AC 2:38 Peter replied, 'Repent and be baptized, every one of you, in the name of Jesus Christ for the forgiveness of your sins. And you will receive the gift of the Holy Spirit. 39 The promise is for you and your children and for all who are far off - for all whom the Lord our God will call.' AC 2:40 With many other words he warned them; and he pleaded with them, 'Save yourselves from this corrupt generation.' 41 Those who accepted his message were baptized, and about three thousand were added to their number that day.
and the reference to John preaching a baptism of repentance for the forgiveness of sins (Luke 7:30).
On the day of Pentecost, when the apostle Peter spoke these words of Acts 2:38, did he mean to teach that baptism is necessary for the remission of sins?
In both Greek and English the word 'for' can mean either 'in order to get,' or it can mean 'because of.' Those who teach that baptism is necessary for salvation interpret the word 'for' in Acts 2:38 to mean 'in order to get.' However, since the word 'for' in Acts 2:38 can mean 'because of,' then Peter is simply saying that they should be baptized because their sins have been forgiven. The question is which interpretation of the word 'for' in Acts 2:38 is correct. Nothing in the context settles the issue.
Orthodox Christians always seek support from more than one verse for their doctrines and, fortunately, we can go to other passages to validate the position on baptism. Ideally, it would be nice if we could go to another passage spoken by Peter and recorded by Luke - and such a passage exists. In Acts 10, while preaching in the house of Cornelius, Peter said, 'to Him all the prophets witness that, through His name, whoever believes in Him will receive the remission of sins' (Acts 10:43). Clearly Peter spoke the words that Luke recorded showing that faith is the key to receiving the remission of sins. In this passage, it is evident that Peter did not preach that baptism was necessary for the remission of sins. In fact, after the people who heard him believed in Christ in the middle of his message, Peter said 'can anyone forbid water that these should not be baptized who have received the Holy Spirit just as we have' (Acts 10:47)? Unmistakably these people believed, were saved, and received the Holy Spirit before they were baptized.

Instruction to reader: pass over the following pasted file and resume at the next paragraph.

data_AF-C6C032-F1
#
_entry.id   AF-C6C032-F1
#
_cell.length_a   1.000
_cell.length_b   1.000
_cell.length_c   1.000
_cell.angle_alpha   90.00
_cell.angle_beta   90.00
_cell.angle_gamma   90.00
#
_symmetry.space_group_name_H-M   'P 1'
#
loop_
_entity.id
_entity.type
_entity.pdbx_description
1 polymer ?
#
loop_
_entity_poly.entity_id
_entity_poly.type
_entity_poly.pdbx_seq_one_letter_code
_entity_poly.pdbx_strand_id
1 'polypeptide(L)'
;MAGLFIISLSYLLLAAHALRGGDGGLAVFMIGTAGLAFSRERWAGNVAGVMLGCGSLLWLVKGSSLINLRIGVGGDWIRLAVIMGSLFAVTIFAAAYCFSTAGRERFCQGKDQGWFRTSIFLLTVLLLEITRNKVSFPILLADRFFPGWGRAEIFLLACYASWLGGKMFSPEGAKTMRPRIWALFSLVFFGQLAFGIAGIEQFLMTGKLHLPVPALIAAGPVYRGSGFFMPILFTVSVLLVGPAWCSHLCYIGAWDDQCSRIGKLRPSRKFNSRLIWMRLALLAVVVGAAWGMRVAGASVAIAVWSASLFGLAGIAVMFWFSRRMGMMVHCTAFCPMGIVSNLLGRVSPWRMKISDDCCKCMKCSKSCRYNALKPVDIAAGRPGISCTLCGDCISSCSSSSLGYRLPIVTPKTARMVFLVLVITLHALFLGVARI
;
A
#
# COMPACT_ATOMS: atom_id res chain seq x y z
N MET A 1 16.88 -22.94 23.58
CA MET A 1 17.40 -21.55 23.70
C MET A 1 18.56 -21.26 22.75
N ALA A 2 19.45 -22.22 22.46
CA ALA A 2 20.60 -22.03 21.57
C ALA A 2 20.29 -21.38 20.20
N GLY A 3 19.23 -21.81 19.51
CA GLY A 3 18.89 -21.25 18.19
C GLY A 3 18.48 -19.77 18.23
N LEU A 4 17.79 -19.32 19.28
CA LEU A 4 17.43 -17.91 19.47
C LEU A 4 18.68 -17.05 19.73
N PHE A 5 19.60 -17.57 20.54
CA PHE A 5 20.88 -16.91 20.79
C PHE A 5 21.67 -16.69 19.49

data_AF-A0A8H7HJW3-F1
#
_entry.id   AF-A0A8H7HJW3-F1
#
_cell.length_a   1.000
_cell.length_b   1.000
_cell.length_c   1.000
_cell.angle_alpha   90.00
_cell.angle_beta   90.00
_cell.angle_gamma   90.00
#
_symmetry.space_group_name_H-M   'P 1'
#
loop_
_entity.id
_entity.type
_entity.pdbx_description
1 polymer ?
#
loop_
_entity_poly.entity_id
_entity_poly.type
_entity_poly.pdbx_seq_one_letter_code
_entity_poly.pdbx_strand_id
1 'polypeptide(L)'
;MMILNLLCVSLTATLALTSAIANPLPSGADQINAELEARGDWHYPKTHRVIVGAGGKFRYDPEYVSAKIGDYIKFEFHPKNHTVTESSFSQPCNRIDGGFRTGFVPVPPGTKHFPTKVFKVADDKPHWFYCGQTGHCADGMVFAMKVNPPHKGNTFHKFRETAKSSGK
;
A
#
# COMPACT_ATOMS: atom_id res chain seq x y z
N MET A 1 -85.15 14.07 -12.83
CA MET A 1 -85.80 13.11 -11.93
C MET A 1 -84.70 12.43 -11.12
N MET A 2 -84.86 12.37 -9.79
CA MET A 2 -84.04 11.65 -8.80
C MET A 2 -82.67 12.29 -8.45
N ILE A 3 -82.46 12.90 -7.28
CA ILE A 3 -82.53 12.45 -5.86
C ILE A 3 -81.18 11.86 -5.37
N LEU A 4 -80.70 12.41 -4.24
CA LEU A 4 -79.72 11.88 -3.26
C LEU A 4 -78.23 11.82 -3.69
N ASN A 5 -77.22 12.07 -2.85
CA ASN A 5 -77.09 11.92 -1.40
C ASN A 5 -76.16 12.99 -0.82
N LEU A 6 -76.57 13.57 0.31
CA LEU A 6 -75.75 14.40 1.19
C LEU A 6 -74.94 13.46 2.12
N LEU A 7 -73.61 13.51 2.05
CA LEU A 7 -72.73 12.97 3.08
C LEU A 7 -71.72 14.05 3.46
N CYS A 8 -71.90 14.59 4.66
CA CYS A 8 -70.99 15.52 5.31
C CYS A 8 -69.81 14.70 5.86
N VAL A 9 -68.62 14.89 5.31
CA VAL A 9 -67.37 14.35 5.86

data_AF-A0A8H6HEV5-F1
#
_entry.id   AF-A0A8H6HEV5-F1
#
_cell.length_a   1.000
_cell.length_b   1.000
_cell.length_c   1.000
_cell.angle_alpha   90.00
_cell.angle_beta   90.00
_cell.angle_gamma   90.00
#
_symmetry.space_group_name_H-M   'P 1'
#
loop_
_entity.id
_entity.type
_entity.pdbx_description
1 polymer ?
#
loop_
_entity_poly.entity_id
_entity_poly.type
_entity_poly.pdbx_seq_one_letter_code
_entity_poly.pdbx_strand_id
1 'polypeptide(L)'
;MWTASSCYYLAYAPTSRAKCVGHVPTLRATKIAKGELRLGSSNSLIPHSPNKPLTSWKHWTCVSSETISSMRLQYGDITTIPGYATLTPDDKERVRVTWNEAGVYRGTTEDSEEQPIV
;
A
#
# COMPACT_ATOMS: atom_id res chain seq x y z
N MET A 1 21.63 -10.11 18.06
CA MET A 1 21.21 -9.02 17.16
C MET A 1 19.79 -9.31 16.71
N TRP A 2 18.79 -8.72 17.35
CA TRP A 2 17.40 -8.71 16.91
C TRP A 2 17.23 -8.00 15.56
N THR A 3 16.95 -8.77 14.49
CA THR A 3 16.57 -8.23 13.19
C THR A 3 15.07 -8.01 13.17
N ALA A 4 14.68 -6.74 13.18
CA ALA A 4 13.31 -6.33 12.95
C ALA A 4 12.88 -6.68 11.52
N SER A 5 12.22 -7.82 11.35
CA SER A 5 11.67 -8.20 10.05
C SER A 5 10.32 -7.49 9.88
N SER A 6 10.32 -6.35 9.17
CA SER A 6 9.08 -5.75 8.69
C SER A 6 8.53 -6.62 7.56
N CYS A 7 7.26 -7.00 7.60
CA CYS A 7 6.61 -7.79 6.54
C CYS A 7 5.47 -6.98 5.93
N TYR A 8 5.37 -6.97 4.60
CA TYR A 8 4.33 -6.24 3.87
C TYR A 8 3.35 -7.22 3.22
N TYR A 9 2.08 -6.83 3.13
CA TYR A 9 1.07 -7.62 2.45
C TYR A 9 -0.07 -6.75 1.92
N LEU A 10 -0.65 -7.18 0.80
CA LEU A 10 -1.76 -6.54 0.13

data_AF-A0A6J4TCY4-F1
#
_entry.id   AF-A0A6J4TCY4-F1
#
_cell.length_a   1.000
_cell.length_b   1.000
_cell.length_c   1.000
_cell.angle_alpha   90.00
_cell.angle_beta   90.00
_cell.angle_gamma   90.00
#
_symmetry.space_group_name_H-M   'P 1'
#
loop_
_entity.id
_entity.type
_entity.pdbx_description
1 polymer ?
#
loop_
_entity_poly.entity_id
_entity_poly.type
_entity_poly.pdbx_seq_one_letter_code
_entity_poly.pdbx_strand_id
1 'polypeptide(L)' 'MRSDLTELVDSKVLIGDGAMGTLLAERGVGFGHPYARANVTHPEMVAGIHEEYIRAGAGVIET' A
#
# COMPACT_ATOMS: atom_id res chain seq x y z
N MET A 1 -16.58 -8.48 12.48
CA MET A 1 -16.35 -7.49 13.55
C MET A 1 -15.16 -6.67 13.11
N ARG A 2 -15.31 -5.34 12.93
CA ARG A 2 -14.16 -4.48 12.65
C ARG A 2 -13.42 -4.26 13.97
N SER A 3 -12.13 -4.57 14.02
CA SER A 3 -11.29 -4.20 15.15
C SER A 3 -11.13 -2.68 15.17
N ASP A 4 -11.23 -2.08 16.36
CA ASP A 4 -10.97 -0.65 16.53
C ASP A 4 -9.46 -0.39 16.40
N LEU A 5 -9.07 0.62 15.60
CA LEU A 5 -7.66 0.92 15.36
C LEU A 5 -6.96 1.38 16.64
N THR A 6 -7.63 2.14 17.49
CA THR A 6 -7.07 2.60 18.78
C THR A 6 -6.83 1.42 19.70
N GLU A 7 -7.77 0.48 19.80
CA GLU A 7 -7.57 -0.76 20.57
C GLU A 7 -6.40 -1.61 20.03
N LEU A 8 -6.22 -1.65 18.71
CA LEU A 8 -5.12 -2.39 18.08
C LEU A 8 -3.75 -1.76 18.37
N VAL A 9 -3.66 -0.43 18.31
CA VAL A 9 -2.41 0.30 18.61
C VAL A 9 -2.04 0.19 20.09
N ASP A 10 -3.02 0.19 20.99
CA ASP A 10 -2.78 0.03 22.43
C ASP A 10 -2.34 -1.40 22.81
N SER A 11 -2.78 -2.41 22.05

Based on the data from Acts 10, it is safe to say that on the day of Pentecost, Peter did not mean one had to be baptized in order to receive the remission of sins. As Acts 10 demonstrates, Peter preached the remission of sins by faith and he practiced baptism after salvation.
Paul said, 'Arise and be baptized and wash away your sins, calling on the name of the Lord' (Acts 22:16). Does this verse not say that being baptized washes away one's sins?
Again, a careful examination of the verse indicates that the answer must be in the negative. In the first place, the word 'and' - inserted between 'arise' and 'be baptized' - is not in the Greek text. In the second place, the Greek text in this sentence consists of two clauses each consisting of a command and a participle:
1. Arising, be baptized
2. Be washed, having called
The two verbs (arising and having called) are aorist participles meaning that the action of the participle comes before the action of the command. In other words, when we take into consideration the construction of the Greek text and the meaning of the participles, an accurate interpretation would be that arising comes before baptism and calling comes before washing. A proper translation, then, would be 'now that you have called on the Lord and had your sins washed away, arise and be baptized.' The chronological order of the various elements is as follows: calling, washing (spiritual baptism), arising, and baptizing (physical water baptism). Therefore this verse does not teach that baptism is necessary for the forgiveness of sins.
Returning to another verse that is claimed in support of baptismal regeneration. Paul told Titus that God 'saved us, through the washing of regeneration and the renewing of the Holy Spirit' (Titus 3:5). Does this verse refer to baptism and indicate that it is a washing away of sin?
Again, the answer is 'No.' The phrase, 'the washing of regeneration' has been greatly misunderstood and misused by those teaching baptismal regeneration. The word 'washing' is from the Greek loutron, meaning 'a bath, a laver' and is the word also used metaphorically of the Word of God, as the instrument of spiritual cleansing (Ephesians 5:26) and, in Titus 3:5, of 'the washing of regeneration'). It has been taken to mean a baptismal pool by those preaching salvation by baptismal-works. Thus, washing (i.e., a laver) is not taken by them to be the act of washing, but the place of washing and thus this verse is claimed to support baptismal regeneration. However, they ignore the fact that the word 'washing' in classical Greek, and in the singular in the New Testament (as here), means the act of spiritual washing.
'Regeneration' is a compound Greek word (palingenesia, meaning 'new birth' - from palin, 'again,' and genesis, 'birth'). Thus, the washing of regeneration is the act of cleansing sin that takes place at the (spiritual) new birth. God saved us by the Holy Spirit cleansing us at regeneration. This God does through the Word, not through water (cf. Ephesians 5:26; James 1:18; 1 Peter 1:23). As a person hears the word of truth, the Gospel, and believes, the Holy Spirit imparts new life and cleanses the believer from sin.